Microsoft Defends AV Handling After Kaspersky Antitrust LawsuitsSoftware Giant Says It Disabled Some AV Programs Because of Windows Incompatibilities
Microsoft has sought to get in front of a brewing controversy over whether it unfairly disables third-party anti-virus products in Windows 10, which one competitor, Kaspersky Lab, has alleged is an anti-competitive practice.
On Tuesday, Microsoft published a lengthy blog post defending how it approached the Windows 10 Creators update, a feature-oriented refresh released in April. Although the post doesn't mention Kaspersky by name, it seeks to dampen charges that are reminiscent of its years-long legal tangles with global antitrust regulators.
"Once Microsoft turned off a third-party product, it turned on Windows Defender Antivirus so someone won't run a machine without any defenses."
The Windows 10 Creators update riled Kaspersky Lab, the Russian anti-virus developer. It disabled Kaspersky's anti-virus program and subsequently turned on Windows Defender Antivirus, which is Microsoft's homegrown application.
As a result, Kaspersky said earlier this month it filed two antitrust suits against Microsoft with the European Commission and Germany's Federal Cartel Office. Those lawsuits contend that Microsoft pushes users away from using third-party security products in order to favor its own (see Kaspersky Files Antitrust Complaints Against Microsoft).
In November 2016, Kaspersky filed a complaint against Microsoft with Russia's Federal Antimonopoly Service. In a statement earlier this month, the FAS warned Microsoft of antitrust violations, but the case is continuing.
Whether there are merits in Kaspersky's allegations is unclear, and neither company is eager to make executives available to discuss them. Microsoft turned down a request for an interview. Kaspersky officials largely pointed to previously released statements. But the showdown shows the stakes have never been higher in the lucrative anti-virus industry.
The blog post from Microsoft's Rob Lefferts, who is a partner director in the security and enterprise unit, sheds some light into the technical issues. But it's far from a full explanation of the root of the conflict between the two companies.
Lefferts explains that anti-virus software is "deeply entwined" within operating systems, so Microsoft took steps to ensure that products from AV vendors were compatible. AV applications usually have access to an operating system's kernel, the most sensitive and highest privileged part of the operating system. It's also a place where if something goes wrong, it can have a drastic effect on a computer.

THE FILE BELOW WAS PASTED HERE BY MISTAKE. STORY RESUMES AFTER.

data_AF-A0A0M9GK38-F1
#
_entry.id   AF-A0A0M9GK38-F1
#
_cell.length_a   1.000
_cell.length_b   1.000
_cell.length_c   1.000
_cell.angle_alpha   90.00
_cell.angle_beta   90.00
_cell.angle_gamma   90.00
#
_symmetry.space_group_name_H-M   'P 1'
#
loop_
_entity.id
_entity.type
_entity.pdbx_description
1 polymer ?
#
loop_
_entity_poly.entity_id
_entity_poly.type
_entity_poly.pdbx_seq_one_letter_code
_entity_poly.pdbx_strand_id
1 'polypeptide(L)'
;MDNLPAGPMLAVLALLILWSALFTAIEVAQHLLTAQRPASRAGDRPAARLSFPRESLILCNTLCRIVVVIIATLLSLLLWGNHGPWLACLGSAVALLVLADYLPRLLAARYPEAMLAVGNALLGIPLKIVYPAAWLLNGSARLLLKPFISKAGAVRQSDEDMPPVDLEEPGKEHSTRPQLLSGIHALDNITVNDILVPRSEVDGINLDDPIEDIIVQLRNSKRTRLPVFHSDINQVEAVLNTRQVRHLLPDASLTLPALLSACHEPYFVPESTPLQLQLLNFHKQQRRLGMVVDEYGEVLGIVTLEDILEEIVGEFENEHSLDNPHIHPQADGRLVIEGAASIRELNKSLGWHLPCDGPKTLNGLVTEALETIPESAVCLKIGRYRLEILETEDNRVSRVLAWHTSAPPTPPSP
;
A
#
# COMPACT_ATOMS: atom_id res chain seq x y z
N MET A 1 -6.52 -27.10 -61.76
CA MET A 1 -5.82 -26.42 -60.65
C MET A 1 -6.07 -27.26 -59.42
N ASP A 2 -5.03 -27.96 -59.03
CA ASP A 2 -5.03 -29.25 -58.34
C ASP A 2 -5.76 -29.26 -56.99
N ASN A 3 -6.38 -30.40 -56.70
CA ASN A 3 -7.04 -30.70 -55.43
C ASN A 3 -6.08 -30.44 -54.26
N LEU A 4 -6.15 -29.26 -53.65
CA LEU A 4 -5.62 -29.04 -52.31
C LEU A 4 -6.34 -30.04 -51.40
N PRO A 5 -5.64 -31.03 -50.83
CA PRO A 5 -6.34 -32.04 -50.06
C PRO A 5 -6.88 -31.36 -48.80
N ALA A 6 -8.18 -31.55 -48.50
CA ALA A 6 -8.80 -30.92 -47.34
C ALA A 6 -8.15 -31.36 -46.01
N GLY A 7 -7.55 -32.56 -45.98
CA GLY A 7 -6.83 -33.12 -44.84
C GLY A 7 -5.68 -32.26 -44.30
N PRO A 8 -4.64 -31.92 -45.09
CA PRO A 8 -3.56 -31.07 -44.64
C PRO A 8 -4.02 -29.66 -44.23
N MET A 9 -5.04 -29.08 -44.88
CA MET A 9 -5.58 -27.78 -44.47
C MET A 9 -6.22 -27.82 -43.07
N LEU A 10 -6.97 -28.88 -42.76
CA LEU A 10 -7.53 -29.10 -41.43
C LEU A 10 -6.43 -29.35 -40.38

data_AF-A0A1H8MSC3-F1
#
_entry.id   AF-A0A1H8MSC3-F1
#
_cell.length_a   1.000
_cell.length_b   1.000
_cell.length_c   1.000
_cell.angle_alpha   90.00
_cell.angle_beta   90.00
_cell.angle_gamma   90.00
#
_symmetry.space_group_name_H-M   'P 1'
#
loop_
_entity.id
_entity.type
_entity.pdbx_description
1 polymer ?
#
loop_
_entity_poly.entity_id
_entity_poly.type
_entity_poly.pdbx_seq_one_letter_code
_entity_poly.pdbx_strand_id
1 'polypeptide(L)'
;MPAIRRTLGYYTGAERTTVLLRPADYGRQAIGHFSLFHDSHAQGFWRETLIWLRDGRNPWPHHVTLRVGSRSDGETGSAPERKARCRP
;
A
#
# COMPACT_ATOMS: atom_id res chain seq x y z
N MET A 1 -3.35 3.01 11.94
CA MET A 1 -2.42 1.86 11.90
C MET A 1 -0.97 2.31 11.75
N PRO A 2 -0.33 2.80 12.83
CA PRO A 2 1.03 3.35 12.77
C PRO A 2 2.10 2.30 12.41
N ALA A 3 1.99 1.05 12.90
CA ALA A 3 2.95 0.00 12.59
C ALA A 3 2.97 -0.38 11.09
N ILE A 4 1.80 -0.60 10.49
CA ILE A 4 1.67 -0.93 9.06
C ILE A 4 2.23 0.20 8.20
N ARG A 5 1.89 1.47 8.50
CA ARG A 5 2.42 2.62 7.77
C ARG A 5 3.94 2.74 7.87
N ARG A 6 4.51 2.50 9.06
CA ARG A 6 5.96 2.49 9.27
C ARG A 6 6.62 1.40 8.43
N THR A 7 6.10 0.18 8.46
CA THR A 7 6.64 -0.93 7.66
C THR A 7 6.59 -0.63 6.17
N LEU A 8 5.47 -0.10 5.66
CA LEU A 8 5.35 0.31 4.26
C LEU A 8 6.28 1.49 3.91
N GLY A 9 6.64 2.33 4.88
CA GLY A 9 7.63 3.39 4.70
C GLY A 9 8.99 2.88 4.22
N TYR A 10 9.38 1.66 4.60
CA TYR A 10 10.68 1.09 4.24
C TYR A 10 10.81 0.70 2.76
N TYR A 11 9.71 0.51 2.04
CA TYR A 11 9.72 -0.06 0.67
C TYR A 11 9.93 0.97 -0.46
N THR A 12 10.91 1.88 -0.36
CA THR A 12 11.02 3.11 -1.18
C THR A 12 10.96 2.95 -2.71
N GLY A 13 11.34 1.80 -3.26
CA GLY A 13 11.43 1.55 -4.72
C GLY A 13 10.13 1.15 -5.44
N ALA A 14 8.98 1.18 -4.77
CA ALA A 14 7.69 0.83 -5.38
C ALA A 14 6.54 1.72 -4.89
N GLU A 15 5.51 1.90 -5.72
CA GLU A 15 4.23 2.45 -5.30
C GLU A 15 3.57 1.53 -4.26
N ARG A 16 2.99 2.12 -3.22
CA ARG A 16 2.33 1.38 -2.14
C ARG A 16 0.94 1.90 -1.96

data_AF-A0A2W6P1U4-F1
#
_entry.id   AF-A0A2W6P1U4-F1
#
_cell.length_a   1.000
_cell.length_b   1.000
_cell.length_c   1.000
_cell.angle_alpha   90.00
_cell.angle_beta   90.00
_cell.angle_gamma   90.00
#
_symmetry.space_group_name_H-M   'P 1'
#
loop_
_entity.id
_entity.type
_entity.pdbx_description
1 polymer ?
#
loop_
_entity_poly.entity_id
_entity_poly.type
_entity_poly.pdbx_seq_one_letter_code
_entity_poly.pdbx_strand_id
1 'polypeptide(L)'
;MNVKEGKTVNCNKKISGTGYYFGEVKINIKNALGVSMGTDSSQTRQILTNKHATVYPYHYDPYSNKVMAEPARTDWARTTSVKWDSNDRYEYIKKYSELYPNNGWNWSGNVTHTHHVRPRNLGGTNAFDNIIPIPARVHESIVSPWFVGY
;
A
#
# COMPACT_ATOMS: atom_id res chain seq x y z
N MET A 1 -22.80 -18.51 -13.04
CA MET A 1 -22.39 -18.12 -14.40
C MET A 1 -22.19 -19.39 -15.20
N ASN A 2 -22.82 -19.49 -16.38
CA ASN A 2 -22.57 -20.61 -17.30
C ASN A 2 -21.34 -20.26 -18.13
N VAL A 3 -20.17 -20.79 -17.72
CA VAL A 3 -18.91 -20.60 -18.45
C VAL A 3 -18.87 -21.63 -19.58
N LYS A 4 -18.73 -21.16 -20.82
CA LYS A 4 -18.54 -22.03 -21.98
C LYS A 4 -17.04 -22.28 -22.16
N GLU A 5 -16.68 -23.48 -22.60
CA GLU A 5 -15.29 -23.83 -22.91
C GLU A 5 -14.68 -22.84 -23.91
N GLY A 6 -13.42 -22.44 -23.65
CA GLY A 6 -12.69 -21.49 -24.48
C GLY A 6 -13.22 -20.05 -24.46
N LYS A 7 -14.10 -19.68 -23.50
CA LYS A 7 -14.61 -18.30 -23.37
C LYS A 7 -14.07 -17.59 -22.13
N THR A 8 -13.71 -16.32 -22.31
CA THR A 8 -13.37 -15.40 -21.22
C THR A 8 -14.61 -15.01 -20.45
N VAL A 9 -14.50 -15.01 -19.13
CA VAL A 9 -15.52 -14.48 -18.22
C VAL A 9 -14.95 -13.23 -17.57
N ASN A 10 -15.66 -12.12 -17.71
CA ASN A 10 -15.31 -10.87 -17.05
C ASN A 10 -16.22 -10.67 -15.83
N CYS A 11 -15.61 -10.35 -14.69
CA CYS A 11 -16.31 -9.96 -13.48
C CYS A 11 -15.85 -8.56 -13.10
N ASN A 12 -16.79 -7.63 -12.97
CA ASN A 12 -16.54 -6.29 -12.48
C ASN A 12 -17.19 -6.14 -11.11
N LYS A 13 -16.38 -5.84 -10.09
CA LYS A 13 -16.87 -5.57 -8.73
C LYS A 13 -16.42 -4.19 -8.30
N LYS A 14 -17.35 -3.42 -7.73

To help prevent incompatibility mishaps, Microsoft runs two programs, the Windows Insider Program and the Microsoft Virus Initiative. Both are designed to give third-party developers access to technical information related to new Windows updates, Lefferts writes.
"Months before a semi-annual update is delivered to customers, interested parties can get easy access to fully running and deployable versions of the release, stay current with updates as the release progresses and becomes feature complete and provide timely feedback on issues and bugs," he writes.
But Kaspersky has alleged that Microsoft has reduced this period, making it more difficult for it to have a product ready before an update's general release, often referred to as RTM, or release to manufacturing.
"Earlier, Microsoft would give us the RTM version in good time, but of late this has been reduced to a couple of weeks before releasing to the public," writes Kaspersky Lab CEO Eugene Kaspersky in a June 6 blog post.
Windows Defender On!
Microsoft didn't deny that it flicked off some third-party AV applications because of incompatibilities after users upgraded to Creators. But 95 percent of security applications were fine, Lefferts writes.
"To do this, we first temporarily disabled some parts of the AV software when the update began," Lefferts writes. "We did this work in partnership with the AV partner to specify which versions of their software are compatible and where to direct customers after updating."
Eighty vendors participate in Microsoft's Virus Initiative, including Kaspersky.
Once Microsoft turned off a third-party product, it turned on Windows Defender Antivirus so users won't run a machine without any defenses. That's the same behavior that happens in Windows if an AV subscription lapses.
Microsoft also allows third-party developers to create a notification that prompts users to either renew their subscription or download a new, compatible version of an application. Kaspersky has alleged that those notifications, which are displayed in the Windows Action Center, are rarely read by users.
Who's in the Wrong?
Key questions remain to be answered. Why didn't Kaspersky have a compatible version ready when that wasn't a problem for most vendors? Also, is it anti-competitive for Microsoft to turn on Windows Defender Antivirus absent another security application on a machine?
At least on the latter question, there's a clear answer: No. It just makes common sense. As we've seen the attack landscape become more aggressive over the last two months with ransomware worms such as WannaCry, it's morally right to ensure users have at least some level of protection.
Plus, Microsoft has little financial stake in consumer security software. Windows Defender Antivirus is free and ships with the operating system. Unlike past antitrust concerns, such as the browser battle, it's easily recognized that security software isn't just a feature anymore. It's an essential component for safer computing.
Whether Microsoft can convince regulators of this, as well as refute some of the other more granular Kaspersky allegations of how the company boxes in third-party applications, remains to be seen.